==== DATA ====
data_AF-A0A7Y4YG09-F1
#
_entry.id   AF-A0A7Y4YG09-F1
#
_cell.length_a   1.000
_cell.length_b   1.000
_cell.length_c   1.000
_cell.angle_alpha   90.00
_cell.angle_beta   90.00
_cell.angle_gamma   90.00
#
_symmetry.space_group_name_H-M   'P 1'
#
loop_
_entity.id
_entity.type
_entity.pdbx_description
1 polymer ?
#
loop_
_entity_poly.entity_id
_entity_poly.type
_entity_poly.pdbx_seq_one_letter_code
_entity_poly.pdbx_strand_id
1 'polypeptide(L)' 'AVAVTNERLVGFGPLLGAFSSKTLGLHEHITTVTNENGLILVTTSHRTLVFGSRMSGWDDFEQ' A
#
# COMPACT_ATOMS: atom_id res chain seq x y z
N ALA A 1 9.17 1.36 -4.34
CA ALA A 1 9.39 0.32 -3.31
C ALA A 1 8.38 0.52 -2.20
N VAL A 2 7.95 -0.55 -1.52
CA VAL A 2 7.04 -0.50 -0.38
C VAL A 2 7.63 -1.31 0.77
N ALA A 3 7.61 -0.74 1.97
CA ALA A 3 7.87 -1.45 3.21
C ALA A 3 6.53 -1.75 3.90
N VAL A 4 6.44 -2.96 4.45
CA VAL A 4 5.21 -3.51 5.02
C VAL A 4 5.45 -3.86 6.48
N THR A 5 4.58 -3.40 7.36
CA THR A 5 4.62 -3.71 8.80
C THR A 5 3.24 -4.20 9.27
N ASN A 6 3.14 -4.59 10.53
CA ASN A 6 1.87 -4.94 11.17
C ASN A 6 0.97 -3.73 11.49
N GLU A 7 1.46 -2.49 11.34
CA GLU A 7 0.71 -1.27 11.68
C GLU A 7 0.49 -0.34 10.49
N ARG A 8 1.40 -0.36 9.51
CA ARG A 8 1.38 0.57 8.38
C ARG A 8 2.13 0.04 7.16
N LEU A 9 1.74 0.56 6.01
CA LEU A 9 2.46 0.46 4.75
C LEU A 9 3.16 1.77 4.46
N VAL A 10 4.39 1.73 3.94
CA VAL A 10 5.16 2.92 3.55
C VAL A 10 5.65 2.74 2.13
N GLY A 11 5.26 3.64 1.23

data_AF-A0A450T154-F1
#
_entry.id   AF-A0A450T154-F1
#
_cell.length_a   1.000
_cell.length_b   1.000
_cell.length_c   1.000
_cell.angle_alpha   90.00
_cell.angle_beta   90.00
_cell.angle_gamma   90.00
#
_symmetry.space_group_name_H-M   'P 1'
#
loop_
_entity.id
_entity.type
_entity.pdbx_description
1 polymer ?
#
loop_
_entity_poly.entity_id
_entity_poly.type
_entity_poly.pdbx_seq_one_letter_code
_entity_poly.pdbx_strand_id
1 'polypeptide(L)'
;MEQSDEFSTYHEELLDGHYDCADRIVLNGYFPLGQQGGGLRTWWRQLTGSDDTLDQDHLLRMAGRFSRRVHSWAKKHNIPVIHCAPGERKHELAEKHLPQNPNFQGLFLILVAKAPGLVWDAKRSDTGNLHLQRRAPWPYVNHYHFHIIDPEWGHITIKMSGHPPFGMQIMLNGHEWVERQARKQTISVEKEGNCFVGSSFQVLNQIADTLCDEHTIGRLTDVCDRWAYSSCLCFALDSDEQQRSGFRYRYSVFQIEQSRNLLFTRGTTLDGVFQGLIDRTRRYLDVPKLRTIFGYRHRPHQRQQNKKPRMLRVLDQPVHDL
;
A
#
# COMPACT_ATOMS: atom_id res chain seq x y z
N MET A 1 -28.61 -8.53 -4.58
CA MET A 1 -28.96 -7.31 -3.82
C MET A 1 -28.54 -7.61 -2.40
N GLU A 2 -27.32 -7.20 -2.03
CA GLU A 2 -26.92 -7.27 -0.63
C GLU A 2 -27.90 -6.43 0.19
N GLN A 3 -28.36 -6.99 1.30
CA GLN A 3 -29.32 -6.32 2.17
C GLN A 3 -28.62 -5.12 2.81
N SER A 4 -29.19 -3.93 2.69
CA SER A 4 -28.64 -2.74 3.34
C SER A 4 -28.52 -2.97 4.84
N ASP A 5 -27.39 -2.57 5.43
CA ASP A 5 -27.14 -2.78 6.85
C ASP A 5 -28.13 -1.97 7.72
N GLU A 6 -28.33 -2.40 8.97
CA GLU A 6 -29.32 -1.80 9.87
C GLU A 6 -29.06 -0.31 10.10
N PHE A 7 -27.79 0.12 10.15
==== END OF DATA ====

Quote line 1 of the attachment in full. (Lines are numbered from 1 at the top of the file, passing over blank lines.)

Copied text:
data_AF-A0A7Y4YG09-F1